Germany: Merkel defends refugee policy amid discontent

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German chancellor promises no new taxes on the German public amid debate over costs of providing for large numbers of refugees in the country

BERLIN – German Chancellor Angela Merkel has defended her open-door policy for refugees, highlighting the fact that Germany is capable of managing the refugee influx without imposing any new taxes or tax hikes.

A record 577,000 asylum seekers came to Germany between January and September; German authorities are expecting to receive around one million asylum seekers this year.

Despite growing public discontent and dissent among the ranks of her own coalition government, Merkel defended her policy and said that she was also carrying out intense diplomacy with European partners to find a solution to the crisis.

“Germany is a country of humanity and rule of law. We have to be proud of that,” Merkel said in an interview with Bild newspaper published Monday.

She defended her decision last month to open Germany’s borders for refugees that escaped war in Syria and Iraq, and also underlined that Germany could not solve the crisis alone. She urged other EU member states to accept more refugees.

“It can only be solved with solidarity among the European partners. All the [countries in] Europe should do utmost for securing the external borders of the EU and at the same time distribute the refugees among the member states in a fair way,” she said.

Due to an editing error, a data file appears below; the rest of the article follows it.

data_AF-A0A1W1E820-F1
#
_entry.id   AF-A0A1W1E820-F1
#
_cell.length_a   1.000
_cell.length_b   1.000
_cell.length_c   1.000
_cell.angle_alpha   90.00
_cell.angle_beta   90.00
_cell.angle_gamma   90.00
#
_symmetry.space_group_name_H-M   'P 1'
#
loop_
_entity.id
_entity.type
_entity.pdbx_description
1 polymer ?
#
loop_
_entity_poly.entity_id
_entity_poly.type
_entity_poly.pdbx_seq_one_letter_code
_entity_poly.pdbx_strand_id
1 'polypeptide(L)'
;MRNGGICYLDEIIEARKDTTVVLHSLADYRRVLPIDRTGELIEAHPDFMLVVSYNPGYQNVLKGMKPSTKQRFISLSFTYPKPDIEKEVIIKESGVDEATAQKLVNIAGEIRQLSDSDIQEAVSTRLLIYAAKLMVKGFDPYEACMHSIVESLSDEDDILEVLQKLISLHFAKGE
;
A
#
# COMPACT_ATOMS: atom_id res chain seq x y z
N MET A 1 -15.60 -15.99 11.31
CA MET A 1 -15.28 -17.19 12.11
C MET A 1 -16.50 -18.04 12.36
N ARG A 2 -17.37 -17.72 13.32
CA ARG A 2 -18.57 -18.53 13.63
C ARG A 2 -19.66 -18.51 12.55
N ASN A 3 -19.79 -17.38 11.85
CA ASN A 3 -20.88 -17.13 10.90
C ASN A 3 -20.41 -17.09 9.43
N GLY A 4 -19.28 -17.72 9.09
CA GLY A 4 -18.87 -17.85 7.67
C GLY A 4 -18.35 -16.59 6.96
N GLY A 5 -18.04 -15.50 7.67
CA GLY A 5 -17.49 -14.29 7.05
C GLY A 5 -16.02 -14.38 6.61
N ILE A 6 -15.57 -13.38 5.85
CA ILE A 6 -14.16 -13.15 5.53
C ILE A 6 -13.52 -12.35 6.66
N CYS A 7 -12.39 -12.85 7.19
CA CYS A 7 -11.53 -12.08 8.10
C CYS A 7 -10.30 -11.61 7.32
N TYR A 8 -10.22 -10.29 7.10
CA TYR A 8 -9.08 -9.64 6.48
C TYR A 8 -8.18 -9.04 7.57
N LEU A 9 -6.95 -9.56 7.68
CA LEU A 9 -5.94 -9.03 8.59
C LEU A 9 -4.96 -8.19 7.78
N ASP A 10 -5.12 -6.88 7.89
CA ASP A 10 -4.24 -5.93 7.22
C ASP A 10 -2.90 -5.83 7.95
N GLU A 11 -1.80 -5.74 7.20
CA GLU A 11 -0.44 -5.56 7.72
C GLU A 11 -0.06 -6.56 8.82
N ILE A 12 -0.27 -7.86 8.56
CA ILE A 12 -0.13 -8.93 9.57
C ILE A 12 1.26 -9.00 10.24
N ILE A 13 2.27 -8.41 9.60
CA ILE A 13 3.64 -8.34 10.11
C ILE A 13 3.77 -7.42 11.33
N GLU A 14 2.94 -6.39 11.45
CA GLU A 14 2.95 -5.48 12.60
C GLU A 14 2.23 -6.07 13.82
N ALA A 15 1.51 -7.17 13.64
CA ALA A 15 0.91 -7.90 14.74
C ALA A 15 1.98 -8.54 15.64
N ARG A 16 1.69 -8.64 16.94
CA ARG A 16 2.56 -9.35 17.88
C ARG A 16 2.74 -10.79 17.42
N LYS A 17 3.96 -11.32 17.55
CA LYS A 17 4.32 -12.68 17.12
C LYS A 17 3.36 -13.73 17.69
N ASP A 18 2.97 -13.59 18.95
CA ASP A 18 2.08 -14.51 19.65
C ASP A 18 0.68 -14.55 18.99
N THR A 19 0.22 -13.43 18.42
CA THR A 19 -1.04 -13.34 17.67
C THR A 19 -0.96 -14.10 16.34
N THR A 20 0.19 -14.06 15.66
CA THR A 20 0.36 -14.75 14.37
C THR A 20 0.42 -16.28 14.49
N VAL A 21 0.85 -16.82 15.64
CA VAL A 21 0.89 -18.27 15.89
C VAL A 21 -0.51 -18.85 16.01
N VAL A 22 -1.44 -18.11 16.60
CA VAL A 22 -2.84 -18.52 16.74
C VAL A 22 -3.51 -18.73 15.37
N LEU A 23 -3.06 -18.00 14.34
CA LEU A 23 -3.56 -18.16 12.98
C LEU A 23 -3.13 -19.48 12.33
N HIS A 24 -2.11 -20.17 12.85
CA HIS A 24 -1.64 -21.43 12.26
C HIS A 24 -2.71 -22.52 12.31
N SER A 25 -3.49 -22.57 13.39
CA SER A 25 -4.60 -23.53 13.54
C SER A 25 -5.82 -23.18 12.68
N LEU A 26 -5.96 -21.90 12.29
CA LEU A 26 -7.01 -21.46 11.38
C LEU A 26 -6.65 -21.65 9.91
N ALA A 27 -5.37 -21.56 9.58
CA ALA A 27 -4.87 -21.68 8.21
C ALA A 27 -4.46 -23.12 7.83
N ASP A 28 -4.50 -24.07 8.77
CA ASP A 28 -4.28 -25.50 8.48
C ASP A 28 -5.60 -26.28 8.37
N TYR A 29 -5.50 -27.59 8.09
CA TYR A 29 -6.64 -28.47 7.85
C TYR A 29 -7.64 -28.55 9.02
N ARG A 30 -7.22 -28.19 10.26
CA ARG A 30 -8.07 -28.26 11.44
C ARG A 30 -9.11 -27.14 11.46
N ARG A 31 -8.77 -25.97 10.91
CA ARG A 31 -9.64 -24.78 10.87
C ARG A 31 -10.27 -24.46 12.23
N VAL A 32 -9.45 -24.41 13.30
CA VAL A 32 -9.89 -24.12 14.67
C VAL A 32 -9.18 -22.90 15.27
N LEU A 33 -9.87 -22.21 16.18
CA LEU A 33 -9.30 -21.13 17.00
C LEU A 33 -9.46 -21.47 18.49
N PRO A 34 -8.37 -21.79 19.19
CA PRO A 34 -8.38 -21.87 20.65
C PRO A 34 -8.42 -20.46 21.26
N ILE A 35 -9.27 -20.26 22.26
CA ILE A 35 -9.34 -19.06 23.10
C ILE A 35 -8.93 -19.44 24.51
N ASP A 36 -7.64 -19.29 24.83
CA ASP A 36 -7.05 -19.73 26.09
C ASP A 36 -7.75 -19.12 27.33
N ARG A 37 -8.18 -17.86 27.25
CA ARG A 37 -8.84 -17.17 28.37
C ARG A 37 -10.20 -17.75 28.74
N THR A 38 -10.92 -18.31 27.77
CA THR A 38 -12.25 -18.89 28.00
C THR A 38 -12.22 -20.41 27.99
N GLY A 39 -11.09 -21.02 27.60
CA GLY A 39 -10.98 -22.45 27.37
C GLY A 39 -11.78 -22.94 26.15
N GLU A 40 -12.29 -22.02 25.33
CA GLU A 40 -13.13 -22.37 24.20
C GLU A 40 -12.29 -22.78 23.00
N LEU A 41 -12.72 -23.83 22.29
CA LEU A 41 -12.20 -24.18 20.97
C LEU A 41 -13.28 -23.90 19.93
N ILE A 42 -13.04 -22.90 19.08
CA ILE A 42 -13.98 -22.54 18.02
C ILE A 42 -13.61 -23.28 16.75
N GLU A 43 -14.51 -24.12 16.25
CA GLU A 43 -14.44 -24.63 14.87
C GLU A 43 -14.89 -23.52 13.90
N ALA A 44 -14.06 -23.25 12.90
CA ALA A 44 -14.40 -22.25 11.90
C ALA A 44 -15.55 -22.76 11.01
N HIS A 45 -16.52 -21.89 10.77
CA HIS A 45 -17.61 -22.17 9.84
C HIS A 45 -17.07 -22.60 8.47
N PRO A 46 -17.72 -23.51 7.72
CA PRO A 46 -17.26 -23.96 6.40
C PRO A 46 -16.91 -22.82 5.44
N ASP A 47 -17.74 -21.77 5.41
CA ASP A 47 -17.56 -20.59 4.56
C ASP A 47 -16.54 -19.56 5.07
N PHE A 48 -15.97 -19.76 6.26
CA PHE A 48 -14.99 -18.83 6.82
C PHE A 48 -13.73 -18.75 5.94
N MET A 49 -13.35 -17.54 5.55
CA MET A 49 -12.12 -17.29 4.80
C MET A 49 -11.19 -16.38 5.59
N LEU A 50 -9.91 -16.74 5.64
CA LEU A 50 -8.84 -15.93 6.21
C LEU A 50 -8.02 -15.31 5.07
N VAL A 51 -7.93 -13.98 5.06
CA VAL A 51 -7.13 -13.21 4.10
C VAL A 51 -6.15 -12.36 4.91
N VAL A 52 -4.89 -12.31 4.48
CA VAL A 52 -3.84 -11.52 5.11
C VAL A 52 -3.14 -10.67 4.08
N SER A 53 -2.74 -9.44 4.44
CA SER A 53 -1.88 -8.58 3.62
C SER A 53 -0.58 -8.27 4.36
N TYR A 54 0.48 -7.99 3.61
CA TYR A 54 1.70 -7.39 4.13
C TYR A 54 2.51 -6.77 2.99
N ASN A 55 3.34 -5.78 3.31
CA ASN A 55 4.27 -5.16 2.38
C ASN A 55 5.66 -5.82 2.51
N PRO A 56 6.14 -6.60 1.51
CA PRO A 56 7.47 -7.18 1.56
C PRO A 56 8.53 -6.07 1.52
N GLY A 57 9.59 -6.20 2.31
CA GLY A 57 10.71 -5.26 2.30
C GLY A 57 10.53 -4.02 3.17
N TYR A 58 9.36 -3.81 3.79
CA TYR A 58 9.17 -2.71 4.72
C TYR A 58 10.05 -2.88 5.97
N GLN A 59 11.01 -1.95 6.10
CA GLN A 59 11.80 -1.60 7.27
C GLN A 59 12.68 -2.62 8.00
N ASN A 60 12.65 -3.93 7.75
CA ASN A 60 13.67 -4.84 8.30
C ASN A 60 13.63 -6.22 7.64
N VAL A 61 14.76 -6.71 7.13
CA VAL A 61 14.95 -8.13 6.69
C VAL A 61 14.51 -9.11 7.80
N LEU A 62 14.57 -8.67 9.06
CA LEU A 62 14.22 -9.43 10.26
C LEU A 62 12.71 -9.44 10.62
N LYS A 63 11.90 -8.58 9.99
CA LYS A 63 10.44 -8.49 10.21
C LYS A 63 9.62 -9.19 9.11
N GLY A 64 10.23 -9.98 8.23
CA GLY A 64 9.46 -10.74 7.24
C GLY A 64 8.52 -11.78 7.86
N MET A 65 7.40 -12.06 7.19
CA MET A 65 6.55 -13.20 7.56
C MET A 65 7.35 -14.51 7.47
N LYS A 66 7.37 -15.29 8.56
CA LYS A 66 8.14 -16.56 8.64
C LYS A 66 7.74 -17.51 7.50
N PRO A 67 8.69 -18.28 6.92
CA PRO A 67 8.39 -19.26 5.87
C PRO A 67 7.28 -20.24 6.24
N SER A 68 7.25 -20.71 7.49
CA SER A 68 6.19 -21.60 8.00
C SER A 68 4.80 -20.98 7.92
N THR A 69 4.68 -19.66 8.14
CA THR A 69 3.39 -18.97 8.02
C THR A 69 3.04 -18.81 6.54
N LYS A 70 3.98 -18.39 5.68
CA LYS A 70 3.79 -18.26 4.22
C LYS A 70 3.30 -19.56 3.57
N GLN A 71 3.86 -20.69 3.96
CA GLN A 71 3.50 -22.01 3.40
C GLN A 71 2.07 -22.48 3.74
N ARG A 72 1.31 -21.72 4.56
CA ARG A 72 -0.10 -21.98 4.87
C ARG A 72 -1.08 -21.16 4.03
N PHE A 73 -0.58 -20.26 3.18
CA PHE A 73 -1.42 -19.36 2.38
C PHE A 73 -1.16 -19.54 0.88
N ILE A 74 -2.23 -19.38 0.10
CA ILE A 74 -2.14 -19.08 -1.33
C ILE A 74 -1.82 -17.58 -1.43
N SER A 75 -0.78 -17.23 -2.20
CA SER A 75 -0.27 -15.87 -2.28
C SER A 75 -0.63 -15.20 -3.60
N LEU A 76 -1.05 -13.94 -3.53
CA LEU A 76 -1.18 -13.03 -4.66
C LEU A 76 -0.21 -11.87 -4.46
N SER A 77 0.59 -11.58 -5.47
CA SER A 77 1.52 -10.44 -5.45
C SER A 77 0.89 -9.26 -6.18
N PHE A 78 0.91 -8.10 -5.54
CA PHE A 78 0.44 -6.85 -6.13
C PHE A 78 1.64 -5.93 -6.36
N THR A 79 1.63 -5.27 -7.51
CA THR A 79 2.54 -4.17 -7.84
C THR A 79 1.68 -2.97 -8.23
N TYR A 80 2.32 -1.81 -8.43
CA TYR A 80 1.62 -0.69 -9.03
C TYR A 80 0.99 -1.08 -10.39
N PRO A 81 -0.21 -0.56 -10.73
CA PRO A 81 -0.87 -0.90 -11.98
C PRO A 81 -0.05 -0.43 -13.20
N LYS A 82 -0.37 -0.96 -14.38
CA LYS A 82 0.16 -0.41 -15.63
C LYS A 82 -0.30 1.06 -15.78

Merkel said that she understood the worries of some Germans about the record number of refugees seeking shelter in Germany, but highlighted that German authorities were capable of managing the situation without any need for new taxes.

“We should be pleased that for many years we have had a good economic performance and our economic situation is good,” she said.

She also said that her government would continue to give shelter to asylum seekers who escaped wars and political persecution, but would adopt a stricter policy against economic migrants, and return them back to their countries.

Germany is shouldering the largest part of Europe’s refugee crisis and the surge in asylum applications has been exploited by far-right and populist parties with weekly rallies against immigration across the country.

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